118    element is possibly performed faster than in an always-balanced tree.
119 \item
120    Adding elements in most of the cases is a matter of less than 32 very
121    fast steps.
122    Balancing is rare and becomes even more rare as the tree grows and it
123    requires $n$ simple steps.
124
125    In long term performance, for a growing tree the number of nodes $n$
126    divided with the number of steps spent for balancing, tends to be
127    independent of $n$.
128 \end{itemize}
129
130 Tests have shown that the tree will need to balance 2 times for
131 1,000,000 elements arriving in random order, once after 20,000 elements
132 and once again at about 400,000.
133
134 \section{Database initialization}
135 \label{init}
136
137 One case were the suggested tree would prove inefficient is inserting a lot
138 of elements in sorted order in an \emph{empty} tree.
139 If the tree is not empty and has been balanced before then the arriving
140 elements will be distributed on the external nodes.
141
142 This is a case which would occur when initially loading the data from
143 storage devices. The workaround to this problem is similar to the way the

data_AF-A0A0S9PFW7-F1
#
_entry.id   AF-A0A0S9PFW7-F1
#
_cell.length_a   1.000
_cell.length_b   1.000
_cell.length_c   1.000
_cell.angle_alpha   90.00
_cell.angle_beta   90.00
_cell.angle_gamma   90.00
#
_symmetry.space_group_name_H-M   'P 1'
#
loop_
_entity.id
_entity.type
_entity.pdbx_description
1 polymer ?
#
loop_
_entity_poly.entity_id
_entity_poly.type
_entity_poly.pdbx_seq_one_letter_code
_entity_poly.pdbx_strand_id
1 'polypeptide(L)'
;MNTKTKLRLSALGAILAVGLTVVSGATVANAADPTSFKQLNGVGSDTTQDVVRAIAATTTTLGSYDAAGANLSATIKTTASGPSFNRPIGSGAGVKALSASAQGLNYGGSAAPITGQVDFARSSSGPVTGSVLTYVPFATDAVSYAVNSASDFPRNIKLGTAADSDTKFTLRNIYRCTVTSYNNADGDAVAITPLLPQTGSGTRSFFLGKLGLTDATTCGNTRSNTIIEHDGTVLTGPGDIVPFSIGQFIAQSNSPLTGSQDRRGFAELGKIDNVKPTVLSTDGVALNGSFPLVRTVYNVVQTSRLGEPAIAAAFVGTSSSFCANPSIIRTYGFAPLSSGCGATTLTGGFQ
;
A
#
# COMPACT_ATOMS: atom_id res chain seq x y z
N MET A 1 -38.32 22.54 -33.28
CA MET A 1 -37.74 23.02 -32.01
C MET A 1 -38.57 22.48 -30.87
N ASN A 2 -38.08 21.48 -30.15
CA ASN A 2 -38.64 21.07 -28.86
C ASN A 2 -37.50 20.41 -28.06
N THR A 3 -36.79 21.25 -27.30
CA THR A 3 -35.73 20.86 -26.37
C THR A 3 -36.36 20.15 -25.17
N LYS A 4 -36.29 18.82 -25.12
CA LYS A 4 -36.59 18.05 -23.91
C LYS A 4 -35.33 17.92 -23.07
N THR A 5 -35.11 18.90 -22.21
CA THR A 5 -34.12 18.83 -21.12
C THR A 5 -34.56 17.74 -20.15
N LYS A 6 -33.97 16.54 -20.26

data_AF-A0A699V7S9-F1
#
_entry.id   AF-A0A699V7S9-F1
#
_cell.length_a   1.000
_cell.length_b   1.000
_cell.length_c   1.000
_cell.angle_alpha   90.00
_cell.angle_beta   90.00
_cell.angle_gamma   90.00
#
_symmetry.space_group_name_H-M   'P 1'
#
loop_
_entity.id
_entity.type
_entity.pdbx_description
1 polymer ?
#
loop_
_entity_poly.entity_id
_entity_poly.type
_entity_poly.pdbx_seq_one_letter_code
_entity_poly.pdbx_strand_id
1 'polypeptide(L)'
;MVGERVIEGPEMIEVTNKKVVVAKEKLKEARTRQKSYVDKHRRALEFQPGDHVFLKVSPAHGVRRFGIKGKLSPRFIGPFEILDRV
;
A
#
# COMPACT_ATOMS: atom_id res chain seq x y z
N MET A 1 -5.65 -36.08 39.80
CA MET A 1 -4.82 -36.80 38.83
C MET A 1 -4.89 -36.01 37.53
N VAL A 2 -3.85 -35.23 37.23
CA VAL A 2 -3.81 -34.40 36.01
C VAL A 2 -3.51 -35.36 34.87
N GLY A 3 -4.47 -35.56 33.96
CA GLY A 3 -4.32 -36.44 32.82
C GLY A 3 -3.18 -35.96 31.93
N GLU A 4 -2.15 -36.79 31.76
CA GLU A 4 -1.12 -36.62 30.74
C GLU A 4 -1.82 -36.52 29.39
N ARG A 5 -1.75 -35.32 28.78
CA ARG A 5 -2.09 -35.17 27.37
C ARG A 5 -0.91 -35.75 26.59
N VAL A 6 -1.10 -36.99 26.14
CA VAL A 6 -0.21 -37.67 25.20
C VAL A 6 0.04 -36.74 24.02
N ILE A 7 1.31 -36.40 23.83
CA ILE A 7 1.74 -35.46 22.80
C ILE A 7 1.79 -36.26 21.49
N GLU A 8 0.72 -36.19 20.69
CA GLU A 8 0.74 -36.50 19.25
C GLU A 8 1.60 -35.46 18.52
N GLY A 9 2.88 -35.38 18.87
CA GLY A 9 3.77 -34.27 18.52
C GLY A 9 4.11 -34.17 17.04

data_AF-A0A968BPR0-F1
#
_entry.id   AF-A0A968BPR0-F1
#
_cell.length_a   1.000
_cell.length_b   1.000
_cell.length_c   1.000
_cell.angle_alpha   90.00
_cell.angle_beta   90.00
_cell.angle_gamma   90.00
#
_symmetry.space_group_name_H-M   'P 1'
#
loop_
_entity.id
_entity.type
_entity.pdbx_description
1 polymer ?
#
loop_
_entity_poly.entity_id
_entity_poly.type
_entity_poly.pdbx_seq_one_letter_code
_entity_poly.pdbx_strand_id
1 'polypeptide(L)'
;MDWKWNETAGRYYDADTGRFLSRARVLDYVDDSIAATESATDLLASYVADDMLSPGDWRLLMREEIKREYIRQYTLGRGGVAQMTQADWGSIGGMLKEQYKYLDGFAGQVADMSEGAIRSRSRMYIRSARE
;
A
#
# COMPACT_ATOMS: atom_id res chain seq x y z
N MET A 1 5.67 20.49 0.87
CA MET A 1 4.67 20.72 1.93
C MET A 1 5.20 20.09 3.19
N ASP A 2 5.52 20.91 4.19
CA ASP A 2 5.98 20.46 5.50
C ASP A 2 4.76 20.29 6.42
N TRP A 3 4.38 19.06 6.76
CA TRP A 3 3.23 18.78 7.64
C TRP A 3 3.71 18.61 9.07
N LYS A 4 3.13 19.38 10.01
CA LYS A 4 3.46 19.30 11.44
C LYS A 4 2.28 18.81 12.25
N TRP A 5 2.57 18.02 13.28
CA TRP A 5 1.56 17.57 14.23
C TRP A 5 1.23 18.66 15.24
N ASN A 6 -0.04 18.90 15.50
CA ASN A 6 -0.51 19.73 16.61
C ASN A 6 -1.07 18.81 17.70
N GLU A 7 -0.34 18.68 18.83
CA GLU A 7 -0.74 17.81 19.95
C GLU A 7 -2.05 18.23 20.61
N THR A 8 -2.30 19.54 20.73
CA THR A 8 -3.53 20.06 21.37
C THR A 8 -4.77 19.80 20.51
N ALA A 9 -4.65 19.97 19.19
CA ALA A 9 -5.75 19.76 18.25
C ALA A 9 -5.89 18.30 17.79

144 tree is balanced. The -sorted- elements will have to be inserted in the tree
145 in the order that they will make a balanced tree, first the middle element,
146 $N/4$, $3*N/4$ and so on.
147
148 Once a perfectly balance tree is constructed there should be no worry for
149 this worse-case occurring unless most of the elements are removed.
150
151 Generally, in cases were a long sequence of elements is to be inserted
152 in the tree, if the tree has few nodes it may be preferable to sort the
153 sequence of elements and then insert the right elements first.
154 This procedure is worth the tradeoff if the arriving elements are almost
155 sorted, and in this case special sorting algorithms can be applied.
156
157 Another solution is to make the elements really random, by using a random
158 tree. In a \emph{random tree}, the comparison of elements is heads or tails.
159 After the sequence of elements has been inserted in a random tree (which
160 will never be unbalanced), they can be read in-order and sent to the dbs
161 tree.
162
163 \section{Conclusions}
164
165 The tree structure with the characteristics that have been presented is
166 efficient for specific database requirements.
167
168 When the database is idle or the specific tree is not used, is consumes the
169 least memory compared to other balanced tree structures.
170 That is the primary reason for the design of this structure.
171
172 When the tree is just accessed for locating an element this is as fast as
173 any balanced tree.
174
175 Theoretically, balanced tree implementations which perform rotations after
176 a node is inserted or removed from the tree are better. In practice, and
177 more specificly in a database environment limiting the height of the tree to
178 a small' number is more than adequate.
179 Except from memory efficiency, the suggested tree structure may possibly